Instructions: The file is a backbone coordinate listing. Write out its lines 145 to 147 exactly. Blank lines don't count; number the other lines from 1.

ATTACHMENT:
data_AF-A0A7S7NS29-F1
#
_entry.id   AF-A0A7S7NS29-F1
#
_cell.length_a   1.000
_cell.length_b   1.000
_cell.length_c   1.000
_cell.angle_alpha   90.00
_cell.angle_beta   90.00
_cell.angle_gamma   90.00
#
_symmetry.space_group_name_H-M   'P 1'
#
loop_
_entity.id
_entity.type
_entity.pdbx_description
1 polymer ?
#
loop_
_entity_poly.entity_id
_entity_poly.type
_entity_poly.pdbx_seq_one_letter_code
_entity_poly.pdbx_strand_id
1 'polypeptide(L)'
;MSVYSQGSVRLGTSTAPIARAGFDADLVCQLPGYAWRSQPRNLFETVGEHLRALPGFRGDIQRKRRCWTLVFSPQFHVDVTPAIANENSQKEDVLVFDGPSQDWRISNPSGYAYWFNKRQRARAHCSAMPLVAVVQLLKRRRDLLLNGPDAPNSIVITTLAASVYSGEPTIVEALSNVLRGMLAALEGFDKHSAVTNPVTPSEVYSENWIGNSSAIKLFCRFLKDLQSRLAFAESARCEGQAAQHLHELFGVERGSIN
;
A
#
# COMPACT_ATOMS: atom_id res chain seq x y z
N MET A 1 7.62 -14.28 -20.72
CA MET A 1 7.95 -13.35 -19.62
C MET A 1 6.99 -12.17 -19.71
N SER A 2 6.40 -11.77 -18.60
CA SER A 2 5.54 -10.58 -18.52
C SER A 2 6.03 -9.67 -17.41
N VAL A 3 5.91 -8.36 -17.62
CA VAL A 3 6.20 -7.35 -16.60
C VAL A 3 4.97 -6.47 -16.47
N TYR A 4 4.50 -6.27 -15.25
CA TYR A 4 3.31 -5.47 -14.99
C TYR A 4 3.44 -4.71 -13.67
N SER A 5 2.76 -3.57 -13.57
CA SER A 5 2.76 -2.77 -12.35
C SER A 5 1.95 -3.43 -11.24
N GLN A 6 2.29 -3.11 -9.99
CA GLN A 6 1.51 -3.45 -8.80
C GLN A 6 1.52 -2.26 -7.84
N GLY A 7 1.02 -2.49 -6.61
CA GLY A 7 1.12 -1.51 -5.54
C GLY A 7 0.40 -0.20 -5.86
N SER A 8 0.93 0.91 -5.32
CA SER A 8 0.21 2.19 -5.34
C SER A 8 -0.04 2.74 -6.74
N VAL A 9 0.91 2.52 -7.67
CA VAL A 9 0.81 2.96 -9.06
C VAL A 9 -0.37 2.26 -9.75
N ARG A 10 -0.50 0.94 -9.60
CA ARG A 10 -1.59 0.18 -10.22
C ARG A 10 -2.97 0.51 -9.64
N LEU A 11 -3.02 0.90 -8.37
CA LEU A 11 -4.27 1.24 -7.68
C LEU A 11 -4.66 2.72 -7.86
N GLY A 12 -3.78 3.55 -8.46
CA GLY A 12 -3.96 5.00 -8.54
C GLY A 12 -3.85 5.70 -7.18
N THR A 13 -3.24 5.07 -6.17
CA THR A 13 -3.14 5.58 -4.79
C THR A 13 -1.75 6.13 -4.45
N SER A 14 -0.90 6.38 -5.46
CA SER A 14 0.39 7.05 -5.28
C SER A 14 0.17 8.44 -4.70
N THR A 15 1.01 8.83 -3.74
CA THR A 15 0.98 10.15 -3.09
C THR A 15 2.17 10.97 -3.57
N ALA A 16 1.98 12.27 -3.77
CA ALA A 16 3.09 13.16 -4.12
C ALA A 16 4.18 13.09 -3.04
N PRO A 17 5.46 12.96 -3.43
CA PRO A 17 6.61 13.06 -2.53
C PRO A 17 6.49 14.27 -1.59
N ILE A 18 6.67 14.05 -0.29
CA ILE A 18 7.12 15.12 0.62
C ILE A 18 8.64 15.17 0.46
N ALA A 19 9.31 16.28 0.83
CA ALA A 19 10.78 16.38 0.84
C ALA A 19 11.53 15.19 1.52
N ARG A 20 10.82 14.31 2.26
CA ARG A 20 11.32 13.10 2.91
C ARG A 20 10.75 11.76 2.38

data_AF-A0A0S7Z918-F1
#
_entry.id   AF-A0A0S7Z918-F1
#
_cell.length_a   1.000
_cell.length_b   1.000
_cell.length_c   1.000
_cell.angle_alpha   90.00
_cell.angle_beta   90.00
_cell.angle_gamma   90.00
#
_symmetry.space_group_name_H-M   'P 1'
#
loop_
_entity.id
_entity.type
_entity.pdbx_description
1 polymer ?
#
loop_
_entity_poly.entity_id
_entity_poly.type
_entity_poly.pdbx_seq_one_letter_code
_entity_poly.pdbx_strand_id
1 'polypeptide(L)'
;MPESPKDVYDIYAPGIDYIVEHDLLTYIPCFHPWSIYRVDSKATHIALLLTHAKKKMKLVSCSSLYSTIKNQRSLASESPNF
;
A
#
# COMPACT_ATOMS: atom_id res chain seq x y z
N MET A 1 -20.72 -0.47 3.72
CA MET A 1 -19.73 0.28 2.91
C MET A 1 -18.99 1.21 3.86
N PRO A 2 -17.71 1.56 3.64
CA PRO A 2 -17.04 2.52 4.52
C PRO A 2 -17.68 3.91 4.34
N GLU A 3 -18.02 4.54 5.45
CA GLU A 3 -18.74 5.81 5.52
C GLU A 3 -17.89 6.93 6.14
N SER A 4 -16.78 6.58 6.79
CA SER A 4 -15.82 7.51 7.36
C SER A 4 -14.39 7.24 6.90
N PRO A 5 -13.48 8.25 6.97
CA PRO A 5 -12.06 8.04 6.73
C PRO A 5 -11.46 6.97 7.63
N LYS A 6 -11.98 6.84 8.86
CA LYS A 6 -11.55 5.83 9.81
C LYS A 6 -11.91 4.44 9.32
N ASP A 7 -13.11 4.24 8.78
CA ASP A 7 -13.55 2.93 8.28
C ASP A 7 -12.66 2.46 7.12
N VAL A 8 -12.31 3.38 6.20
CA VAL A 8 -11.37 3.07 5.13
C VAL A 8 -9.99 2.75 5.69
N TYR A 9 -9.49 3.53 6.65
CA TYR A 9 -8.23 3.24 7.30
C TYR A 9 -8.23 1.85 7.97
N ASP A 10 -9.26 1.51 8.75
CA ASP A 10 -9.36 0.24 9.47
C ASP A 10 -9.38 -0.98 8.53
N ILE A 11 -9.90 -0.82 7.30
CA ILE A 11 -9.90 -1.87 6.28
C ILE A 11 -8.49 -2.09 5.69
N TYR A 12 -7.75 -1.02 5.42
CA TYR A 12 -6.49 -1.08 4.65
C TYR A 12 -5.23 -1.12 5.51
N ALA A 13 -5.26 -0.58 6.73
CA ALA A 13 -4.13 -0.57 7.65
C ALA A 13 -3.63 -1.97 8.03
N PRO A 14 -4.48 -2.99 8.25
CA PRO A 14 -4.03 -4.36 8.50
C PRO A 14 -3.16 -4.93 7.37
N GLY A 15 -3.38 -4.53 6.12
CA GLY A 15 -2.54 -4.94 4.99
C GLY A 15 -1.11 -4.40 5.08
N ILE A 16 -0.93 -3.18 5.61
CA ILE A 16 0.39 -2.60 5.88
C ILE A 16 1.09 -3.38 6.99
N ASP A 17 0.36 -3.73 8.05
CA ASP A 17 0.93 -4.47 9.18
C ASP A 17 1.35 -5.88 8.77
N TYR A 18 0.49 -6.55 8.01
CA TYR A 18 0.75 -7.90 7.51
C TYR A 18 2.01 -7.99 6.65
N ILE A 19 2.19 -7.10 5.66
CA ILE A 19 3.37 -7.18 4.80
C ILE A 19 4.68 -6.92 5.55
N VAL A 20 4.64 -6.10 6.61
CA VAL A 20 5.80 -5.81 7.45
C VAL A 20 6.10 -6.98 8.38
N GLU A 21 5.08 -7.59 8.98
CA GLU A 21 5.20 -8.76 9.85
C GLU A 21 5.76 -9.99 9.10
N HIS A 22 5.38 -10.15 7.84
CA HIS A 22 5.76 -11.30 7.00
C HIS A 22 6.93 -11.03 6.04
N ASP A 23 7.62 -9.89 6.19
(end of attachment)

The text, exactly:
N TYR A 9 -9.49 3.53 6.65
CA TYR A 9 -8.23 3.24 7.30
C TYR A 9 -8.23 1.85 7.97